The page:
The day began well and stayed that way until nightfall when things went downhill. We had figured out that considering the magnitude of the problem facing us, and instead of the usual debauchery, an early night might be in order. Almost asleep by 9pm, the relative peace was broken by the late arrival of a team whose campcraft was less than polished. Neither were they briefed about our programme. John began that process from the confines of his tent but this made little impact on the noise level. It took a while but the idea of an ice axe as a surgical instrument eventually sank in before the axe did and an uneasy peace settled on the campsite.

We were camping at Misurina, above Cortina in the SestoDolomites, about to embark on our first major objective of the summer, the Brandler Hasse on the North face of the Cima Grande, also known as the Grosse Zinne. Climbing as a rope of three were John Barker, Ian Blakeley and I and we had been practising, making a reasonable account of ourselves on the Yellow Edge, only loosing our way on the descent, in the dark. John likes his sleep in the morning. Ian and I had also been up the N.E ridge adjacent to the north face and sharing the same descent.

on a Welsh North Face Adventures on a Welsh North Face  by igneouscarl

My own story begins in Guilford, a county town four miles over the hill from Godalming- notable as the residence and teaching post of twenty four year old George Leigh Mallory. Under far less illustrious circumstances you’ll find me stood in an outdoor shop: bored stiff, crammed between a rail of waterproof jackets and polar tech fleeces. There I am encircled by a descending wall of cold air blasted by the incessant air conditioning unit above. The noise is tolerable, even if it didn’t come close to drowning out the everyday-same song on the sound system. That same band syndrome that even after two months was close to driving me cracked. I’d had no customers in all morning (but that was alright too really) and while the sun shone outside I skimmed my way through the inspiring Rock Climbing in Snowdonia.

Two Eastern Summitposters
Meet Two Eastern Summitposters Meet  by TLP

Hey man I was thinking of going to Mt. Carrigain, do you want to go too? That's basically how Puma concolor invited me along on a hike, and how I came to meet a fellow Eastern Summitpost member. I think this trip report will show why Summitpost is a great site. It allowed us, two peakbaggers, who wouldn't have known each other otherwise, to meet for the first time, and go climb a mountain in NH.

I think over time Puma and myself got to know each other through the Eastern discussion board here on Summitpost, and maybe through some probably idiotic discussions in the pratte and prattle forum. I think I started asking him questions about State highpoints, which we are both after, and I always got a quick, friendly response from him. I noticed he had already completed 3 Northeast peakbagging lists I am pursuing: the ADK 46, the NH 48, and the Catskill 3500, as well as the Northeast 115. So I would often badger him about that stuff, and I always got a nice response from him.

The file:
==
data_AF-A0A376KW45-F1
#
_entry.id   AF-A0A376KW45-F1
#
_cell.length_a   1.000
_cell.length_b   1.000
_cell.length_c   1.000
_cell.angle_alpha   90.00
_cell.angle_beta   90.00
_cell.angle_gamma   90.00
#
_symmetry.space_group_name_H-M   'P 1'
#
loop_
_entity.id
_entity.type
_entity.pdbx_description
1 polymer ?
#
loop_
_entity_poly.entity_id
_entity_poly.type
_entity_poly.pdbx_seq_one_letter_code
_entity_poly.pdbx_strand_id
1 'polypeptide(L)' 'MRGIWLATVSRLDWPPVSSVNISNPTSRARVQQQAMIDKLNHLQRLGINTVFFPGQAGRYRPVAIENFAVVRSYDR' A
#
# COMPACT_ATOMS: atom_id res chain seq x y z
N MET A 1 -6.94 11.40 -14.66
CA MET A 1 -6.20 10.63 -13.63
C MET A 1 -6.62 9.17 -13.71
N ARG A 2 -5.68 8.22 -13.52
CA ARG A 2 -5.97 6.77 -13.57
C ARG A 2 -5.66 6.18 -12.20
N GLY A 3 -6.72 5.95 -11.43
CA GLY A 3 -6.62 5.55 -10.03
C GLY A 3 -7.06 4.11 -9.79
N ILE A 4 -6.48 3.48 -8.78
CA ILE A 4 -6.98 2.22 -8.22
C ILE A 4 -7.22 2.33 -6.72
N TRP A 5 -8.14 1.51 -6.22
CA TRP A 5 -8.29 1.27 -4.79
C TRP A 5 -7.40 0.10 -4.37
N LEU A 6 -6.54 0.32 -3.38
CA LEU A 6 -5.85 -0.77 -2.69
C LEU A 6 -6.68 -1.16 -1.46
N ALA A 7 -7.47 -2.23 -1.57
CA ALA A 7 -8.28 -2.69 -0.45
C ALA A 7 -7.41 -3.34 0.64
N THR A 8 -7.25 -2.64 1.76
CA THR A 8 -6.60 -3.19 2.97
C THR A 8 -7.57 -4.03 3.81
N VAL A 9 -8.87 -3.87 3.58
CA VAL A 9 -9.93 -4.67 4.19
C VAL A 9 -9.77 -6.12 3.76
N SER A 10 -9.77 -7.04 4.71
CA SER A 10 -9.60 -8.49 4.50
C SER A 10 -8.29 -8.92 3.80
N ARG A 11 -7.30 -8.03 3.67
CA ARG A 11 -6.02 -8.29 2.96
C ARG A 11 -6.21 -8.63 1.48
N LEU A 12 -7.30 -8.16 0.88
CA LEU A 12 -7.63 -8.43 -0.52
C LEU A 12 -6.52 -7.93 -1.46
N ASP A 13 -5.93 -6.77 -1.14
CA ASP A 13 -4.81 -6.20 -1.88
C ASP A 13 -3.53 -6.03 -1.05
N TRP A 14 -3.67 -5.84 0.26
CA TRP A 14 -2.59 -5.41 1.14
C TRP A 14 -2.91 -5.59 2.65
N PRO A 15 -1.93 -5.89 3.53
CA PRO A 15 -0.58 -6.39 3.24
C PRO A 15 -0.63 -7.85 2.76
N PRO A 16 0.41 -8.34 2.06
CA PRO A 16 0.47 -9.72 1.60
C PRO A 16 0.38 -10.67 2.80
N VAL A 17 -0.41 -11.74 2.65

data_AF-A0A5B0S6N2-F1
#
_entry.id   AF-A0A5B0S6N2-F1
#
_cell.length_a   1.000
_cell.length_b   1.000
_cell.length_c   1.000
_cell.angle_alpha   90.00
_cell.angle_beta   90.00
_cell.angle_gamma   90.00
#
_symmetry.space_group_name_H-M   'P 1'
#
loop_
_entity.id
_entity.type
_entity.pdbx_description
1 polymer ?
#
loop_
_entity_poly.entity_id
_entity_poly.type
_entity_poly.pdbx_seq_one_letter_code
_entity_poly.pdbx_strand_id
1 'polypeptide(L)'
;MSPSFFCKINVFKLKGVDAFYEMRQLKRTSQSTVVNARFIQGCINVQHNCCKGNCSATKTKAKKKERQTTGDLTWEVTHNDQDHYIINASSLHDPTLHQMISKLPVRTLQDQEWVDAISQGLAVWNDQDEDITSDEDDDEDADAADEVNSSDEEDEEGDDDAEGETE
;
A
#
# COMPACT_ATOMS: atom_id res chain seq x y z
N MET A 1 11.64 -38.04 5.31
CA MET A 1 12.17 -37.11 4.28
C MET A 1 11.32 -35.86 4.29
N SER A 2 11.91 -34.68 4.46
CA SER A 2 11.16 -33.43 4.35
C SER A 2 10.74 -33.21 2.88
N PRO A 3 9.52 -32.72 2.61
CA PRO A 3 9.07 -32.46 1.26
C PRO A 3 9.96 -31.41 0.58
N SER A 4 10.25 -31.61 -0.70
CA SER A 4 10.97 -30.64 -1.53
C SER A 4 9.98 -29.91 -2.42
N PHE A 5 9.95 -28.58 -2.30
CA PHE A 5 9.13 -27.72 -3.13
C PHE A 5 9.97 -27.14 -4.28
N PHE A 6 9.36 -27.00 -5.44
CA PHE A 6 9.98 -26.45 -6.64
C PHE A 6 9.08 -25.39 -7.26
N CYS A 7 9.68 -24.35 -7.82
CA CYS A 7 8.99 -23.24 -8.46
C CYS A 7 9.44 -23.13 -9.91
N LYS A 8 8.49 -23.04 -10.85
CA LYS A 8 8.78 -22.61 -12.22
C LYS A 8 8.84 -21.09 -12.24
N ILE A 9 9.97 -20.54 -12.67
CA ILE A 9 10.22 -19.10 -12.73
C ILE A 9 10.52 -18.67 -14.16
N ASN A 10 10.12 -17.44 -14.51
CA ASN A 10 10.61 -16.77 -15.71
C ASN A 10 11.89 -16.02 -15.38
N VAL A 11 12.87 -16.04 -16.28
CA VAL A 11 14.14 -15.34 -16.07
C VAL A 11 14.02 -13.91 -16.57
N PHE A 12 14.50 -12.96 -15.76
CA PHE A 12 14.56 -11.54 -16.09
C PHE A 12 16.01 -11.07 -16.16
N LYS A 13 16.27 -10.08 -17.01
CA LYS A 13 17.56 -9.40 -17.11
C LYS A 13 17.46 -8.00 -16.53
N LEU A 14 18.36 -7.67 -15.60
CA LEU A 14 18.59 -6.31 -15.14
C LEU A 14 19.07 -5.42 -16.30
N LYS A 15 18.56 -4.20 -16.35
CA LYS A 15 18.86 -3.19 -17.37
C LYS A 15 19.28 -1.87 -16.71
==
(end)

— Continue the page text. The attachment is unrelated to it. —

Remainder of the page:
On the Edge
of Oblivion a.k.a On the Edge of Oblivion a.k.a "The Ledges of Death"  by Scott

This is the story of our grand trip through the Utah and Arizona Canyons that took place between April 11 and 20. The trip began with an email to Todd Martin, a well know Arizona canyoneer/climber. Todd runs the website Todds Desert Hiking Guide and is also the author of the book Arizona: Technical Canyoneering. I had been completely luckless trying to put a group together for a Buckfarm canyon and Saddle Canyon attempt for quite a while, in fact for several years. With the remoteness, ruggedness, climbing required, time and commitment it was hard to find anyone interested in such a trip. I was in luck because Todd had recently attempted Buckfarm Canyon twice and also wanted to complete the descent and climb out. A few others were interested, but it was Rich Rudow and Aaron Locander (who was also on one of the previous Buckfarm Canyon attempts) that committed to join us for this fantastic proposed trip. Plans were made and anticipation and enthusiasm was high.

St. Peters Dome St. Peters Dome  by rpc

St. Peters Dome is a large basalt pinnacle on the Oregon side of the Columbia River Gorge. On the shorter uphill side, it is 350 feet of severely exfoliating and decomposing basalt between the saddle and the summit. The Dome is located 35 miles from downtown Portland and is plainly visible to all who drive by on Interstate 84. The approach hike though tedious is short and mostly straightforward. Despite these facts, the Dome is known to have been climbed by only 20 different parties prior to our ascent. (Ref. Mazama Annual 2007; other parties may have reached the summit but chose not to leave any record). The first ascent was done by Everett Darr et al in 1940 (Ref. Mazama Annual 1940) and the bulk of the subsequent ascents occurred during the early 50s to early 70s with no recorded ascents in the 1980s. The 90s saw a resurgence in Dome’s popularity with Wayne’s (Wallace) first solo ascent (!!) of the Dome – #20 and the last known ascent prior to ours. The Dome has at least 3 routes established on its south face and one line on the east/northeast face - all require thin expando nailing of disintegrating basalt "cobblestones".